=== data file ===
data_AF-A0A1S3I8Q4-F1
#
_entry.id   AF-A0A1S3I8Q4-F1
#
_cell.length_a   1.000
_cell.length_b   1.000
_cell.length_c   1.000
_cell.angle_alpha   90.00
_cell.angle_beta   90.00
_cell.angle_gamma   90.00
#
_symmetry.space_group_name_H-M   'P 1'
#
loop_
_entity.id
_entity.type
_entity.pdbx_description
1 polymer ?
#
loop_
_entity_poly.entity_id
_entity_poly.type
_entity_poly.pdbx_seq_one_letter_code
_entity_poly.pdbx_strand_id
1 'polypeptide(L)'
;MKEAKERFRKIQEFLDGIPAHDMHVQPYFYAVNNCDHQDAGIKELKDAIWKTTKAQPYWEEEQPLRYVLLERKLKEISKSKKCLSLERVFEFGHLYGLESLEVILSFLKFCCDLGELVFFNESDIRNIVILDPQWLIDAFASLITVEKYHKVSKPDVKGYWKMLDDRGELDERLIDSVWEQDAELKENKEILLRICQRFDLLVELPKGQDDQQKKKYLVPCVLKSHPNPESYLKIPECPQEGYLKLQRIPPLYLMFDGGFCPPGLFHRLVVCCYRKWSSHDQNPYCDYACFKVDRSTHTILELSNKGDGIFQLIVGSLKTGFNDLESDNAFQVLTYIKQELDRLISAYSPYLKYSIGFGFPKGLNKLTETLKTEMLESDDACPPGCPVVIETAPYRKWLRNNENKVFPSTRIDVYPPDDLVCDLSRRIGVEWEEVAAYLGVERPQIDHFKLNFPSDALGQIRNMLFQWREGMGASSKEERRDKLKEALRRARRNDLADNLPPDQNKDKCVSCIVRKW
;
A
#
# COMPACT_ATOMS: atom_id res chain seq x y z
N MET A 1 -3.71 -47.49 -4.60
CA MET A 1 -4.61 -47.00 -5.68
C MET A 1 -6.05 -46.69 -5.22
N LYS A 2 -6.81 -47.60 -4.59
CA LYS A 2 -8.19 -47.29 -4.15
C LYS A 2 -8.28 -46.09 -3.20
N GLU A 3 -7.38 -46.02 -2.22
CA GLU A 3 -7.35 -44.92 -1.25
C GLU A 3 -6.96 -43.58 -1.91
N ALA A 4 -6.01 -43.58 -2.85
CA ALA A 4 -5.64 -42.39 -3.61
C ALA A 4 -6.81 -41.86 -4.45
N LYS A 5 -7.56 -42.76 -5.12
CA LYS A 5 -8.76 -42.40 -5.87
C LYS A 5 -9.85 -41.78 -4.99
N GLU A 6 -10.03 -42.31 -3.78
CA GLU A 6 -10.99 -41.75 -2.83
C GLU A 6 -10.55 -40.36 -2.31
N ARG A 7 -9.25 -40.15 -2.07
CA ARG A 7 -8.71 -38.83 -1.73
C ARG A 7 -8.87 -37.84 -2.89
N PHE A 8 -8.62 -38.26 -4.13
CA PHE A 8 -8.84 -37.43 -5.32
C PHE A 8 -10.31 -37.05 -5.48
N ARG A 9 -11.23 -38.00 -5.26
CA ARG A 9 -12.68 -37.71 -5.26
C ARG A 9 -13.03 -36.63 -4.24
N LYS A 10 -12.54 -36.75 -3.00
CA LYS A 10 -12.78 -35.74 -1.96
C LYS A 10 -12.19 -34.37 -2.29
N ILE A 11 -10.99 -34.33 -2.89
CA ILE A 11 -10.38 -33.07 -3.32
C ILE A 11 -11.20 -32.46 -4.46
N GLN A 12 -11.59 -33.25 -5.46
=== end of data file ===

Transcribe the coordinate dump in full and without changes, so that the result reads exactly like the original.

data_AF-A0A1S3I8Q4-F1
#
_entry.id   AF-A0A1S3I8Q4-F1
#
_cell.length_a   1.000
_cell.length_b   1.000
_cell.length_c   1.000
_cell.angle_alpha   90.00
_cell.angle_beta   90.00
_cell.angle_gamma   90.00
#
_symmetry.space_group_name_H-M   'P 1'
#
loop_
_entity.id
_entity.type
_entity.pdbx_description
1 polymer ?
#
loop_
_entity_poly.entity_id
_entity_poly.type
_entity_poly.pdbx_seq_one_letter_code
_entity_poly.pdbx_strand_id
1 'polypeptide(L)'
;MKEAKERFRKIQEFLDGIPAHDMHVQPYFYAVNNCDHQDAGIKELKDAIWKTTKAQPYWEEEQPLRYVLLERKLKEISKSKKCLSLERVFEFGHLYGLESLEVILSFLKFCCDLGELVFFNESDIRNIVILDPQWLIDAFASLITVEKYHKVSKPDVKGYWKMLDDRGELDERLIDSVWEQDAELKENKEILLRICQRFDLLVELPKGQDDQQKKKYLVPCVLKSHPNPESYLKIPECPQEGYLKLQRIPPLYLMFDGGFCPPGLFHRLVVCCYRKWSSHDQNPYCDYACFKVDRSTHTILELSNKGDGIFQLIVGSLKTGFNDLESDNAFQVLTYIKQELDRLISAYSPYLKYSIGFGFPKGLNKLTETLKTEMLESDDACPPGCPVVIETAPYRKWLRNNENKVFPSTRIDVYPPDDLVCDLSRRIGVEWEEVAAYLGVERPQIDHFKLNFPSDALGQIRNMLFQWREGMGASSKEERRDKLKEALRRARRNDLADNLPPDQNKDKCVSCIVRKW
;
A
#
# COMPACT_ATOMS: atom_id res chain seq x y z
N MET A 1 -3.71 -47.49 -4.60
CA MET A 1 -4.61 -47.00 -5.68
C MET A 1 -6.05 -46.69 -5.22
N LYS A 2 -6.81 -47.60 -4.59
CA LYS A 2 -8.19 -47.29 -4.15
C LYS A 2 -8.28 -46.09 -3.20
N GLU A 3 -7.38 -46.02 -2.22
CA GLU A 3 -7.35 -44.92 -1.25
C GLU A 3 -6.96 -43.58 -1.91
N ALA A 4 -6.01 -43.58 -2.85
CA ALA A 4 -5.64 -42.39 -3.61
C ALA A 4 -6.81 -41.86 -4.45
N LYS A 5 -7.56 -42.76 -5.12
CA LYS A 5 -8.76 -42.40 -5.87
C LYS A 5 -9.85 -41.78 -4.99
N GLU A 6 -10.03 -42.31 -3.78
CA GLU A 6 -10.99 -41.75 -2.83
C GLU A 6 -10.55 -40.36 -2.31
N ARG A 7 -9.25 -40.15 -2.07
CA ARG A 7 -8.71 -38.83 -1.73
C ARG A 7 -8.87 -37.84 -2.89
N PHE A 8 -8.62 -38.26 -4.13
CA PHE A 8 -8.84 -37.43 -5.32
C PHE A 8 -10.31 -37.05 -5.48
N ARG A 9 -11.23 -38.00 -5.26
CA ARG A 9 -12.68 -37.71 -5.26
C ARG A 9 -13.03 -36.63 -4.24
N LYS A 10 -12.54 -36.75 -3.00
CA LYS A 10 -12.78 -35.74 -1.96
C LYS A 10 -12.19 -34.37 -2.29
N ILE A 11 -10.99 -34.33 -2.89
CA ILE A 11 -10.38 -33.07 -3.32
C ILE A 11 -11.20 -32.46 -4.46
N GLN A 12 -11.59 -33.25 -5.46